Luke 21:20-38 - The Day of Fulfillment, Part 2
20"When you see Jerusalem being surrounded by armies, you will know that its desolation is near. 21Then let those who are in Judea flee to the mountains, let those in the city get out, and let those in the country not enter the city. 22For this is the time of punishment in fulfillment of all that has been written. 23How dreadful it will be in those days for pregnant women and nursing mothers! There will be great distress in the land and wrath against this people. 24They will fall by the sword and will be taken as prisoners to all the nations. Jerusalem will be trampled on by the Gentiles until the times of the Gentiles are fulfilled. 25"There will be signs in the sun, moon and stars. On the earth, nations will be in anguish and perplexity at the roaring and tossing of the sea. 26Men will faint from terror, apprehensive of what is coming on the world, for the heavenly bodies will be shaken. 27At that time they will see the Son of Man coming in a cloud with power and great glory. 28When these things begin to take place, stand up and lift up your heads, because your redemption is drawing near." 29He told them this parable: "Look at the fig tree and all the trees. 30When they sprout leaves, you can see for yourselves and know that summer is near. 31Even so, when you see these things happening, you know that the kingdom of God is near. 32"I tell you the truth, this generation will certainly not pass away until all these things have happened. 33Heaven and earth will pass away, but my words will never pass away. 34"Be careful, or your hearts will be weighed down with dissipation, drunkenness and the anxieties of life, and that day will close on you unexpectedly like a trap. 35For it will come upon all those who live on the face of the whole earth. 36Be always on the watch, and pray that you may be able to escape all that is about to happen, and that you may be able to stand before the Son of Man." 37Each day Jesus was teaching at the temple, and each evening he went out to spend the night on the hill called the Mount of Olives, 38and all the people came early in the morning to hear him at the temple. (NIV)
REVIEW of LAST WEEK (Lk 21:5-19)
Since last Sunday's passage is really "of a piece" with the one for this morning, it's a good idea to briefly recap the main points of what Jesus says from verse 5 to verse 19 of Luke 21:
a) Jesus predicts the fall of Jerusalem, and implies, by extension, that not even the greatest powers - with all of their accompanying institutions and landmarks - can last forever. (vv. 5-6)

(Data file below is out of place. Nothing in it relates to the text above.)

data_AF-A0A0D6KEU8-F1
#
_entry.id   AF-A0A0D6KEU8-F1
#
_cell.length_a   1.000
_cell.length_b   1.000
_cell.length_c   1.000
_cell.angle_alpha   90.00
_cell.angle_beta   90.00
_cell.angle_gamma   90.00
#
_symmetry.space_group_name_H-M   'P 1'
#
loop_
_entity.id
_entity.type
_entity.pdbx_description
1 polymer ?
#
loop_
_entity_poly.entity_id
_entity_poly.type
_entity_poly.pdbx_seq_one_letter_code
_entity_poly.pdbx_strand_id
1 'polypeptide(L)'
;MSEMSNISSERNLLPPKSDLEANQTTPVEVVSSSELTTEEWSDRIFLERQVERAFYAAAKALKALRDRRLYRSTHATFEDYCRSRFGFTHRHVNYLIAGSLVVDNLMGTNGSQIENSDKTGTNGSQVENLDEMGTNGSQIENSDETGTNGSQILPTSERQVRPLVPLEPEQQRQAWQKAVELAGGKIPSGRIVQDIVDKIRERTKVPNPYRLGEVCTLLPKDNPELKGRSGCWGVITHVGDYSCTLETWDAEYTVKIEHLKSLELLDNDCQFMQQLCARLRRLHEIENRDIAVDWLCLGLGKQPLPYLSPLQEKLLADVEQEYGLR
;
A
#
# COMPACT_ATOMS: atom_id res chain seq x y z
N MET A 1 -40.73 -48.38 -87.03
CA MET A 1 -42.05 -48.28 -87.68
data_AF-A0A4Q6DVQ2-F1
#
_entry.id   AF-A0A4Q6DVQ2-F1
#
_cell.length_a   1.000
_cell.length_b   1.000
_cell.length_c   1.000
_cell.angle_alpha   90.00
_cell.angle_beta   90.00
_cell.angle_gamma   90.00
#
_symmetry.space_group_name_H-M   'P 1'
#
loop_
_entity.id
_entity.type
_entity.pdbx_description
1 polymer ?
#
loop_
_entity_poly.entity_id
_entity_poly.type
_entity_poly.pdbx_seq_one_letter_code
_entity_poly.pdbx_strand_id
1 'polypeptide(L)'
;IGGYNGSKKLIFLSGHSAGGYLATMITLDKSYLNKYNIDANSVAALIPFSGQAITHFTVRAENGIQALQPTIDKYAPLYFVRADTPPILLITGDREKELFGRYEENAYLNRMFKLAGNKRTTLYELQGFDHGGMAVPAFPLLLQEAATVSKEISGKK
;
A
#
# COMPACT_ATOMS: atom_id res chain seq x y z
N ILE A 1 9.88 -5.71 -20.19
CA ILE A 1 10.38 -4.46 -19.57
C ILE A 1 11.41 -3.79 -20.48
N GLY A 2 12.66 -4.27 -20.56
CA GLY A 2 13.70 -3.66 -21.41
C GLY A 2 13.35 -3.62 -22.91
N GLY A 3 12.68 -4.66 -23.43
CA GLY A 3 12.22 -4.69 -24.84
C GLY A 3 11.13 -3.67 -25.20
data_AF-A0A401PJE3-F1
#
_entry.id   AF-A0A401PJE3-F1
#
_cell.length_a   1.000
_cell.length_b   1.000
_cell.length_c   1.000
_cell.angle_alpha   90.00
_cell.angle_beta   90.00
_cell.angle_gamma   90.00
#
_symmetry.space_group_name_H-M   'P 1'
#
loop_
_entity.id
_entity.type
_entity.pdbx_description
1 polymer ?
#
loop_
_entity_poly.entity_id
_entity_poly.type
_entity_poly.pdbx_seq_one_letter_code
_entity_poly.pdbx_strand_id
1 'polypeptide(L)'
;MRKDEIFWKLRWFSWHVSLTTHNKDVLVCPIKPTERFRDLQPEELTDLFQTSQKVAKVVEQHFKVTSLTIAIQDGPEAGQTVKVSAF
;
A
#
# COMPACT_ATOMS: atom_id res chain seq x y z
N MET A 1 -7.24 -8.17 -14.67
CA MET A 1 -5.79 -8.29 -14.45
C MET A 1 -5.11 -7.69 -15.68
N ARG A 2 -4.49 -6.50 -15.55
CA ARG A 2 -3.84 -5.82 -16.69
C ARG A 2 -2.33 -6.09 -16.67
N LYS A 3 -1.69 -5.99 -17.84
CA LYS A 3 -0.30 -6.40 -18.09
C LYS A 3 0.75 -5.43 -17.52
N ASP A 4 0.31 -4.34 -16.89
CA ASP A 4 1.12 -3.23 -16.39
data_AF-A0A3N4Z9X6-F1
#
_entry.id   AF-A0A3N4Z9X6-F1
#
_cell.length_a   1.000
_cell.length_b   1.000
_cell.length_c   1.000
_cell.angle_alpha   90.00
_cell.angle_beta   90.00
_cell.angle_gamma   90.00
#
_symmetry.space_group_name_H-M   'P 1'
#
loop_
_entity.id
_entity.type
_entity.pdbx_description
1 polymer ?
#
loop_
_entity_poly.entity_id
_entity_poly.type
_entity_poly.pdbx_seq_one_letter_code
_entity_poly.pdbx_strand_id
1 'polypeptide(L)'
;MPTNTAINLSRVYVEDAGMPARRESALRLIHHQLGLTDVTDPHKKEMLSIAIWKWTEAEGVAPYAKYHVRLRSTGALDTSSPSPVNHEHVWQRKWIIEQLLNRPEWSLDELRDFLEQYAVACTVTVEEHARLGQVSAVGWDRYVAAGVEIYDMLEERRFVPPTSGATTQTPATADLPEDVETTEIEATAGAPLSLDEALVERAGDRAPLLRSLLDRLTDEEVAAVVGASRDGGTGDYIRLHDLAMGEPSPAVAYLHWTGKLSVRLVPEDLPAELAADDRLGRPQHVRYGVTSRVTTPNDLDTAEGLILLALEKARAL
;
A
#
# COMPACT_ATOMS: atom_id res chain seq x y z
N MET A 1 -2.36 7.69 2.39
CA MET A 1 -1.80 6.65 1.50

b) Jesus reminds his disciples how important it is for them not to lose sight of Him or his words. (v.8)
c) Jesus speaks of many signs - such as wars, natural disasters, and epidemics - that, despite the fact that they have always been found in a fallen world, will only confirm that he is coming again. (vv. 9-11)
d) Jesus says that his followers can expect opposition; but when they do, they will have opportunities to testify of His grace. (vv. 12-13, 16-17)
e) Jesus assures his disciples that he will give them what they need to persevere, and to magnify Him; however, he also calls upon them to persevere. (vv. 14-15, 19)
A FEW MORE THINGS TO NOTE
It's important to clarify just what the disciples were getting at when they said, "When will these things happen? And what will be the sign that they are about to take place?" Matthew sheds considerable light on the meaning of their words by recording their question this way: "When will this happen, and what will be the sign of your coming and of the end of the age?" (Mt. 24:3). So they seem to be inquiring about two things: 1) the demise of Jerusalem (cf. Mt 24:1-2; Lk 21:5-6); and the return of Jesus as King.
If, indeed, there are two "events" being spoken of here, it seems likely that, from verse 5 to verse 11, Jesus begins by talking about "the later things" (i.e., the things that will happen immediately before His return) and then "works backward", so to speak, by speaking of the disciples' sufferings around the time of Jerusalem (vv. 12 to 19 - note especially the phrase "before all this" in v. 12) and then, of Jerusalem's destruction itself (vv.20-24). Lastly, Jesus comes back to speaking of events that will occur before His return (vv. 25-28).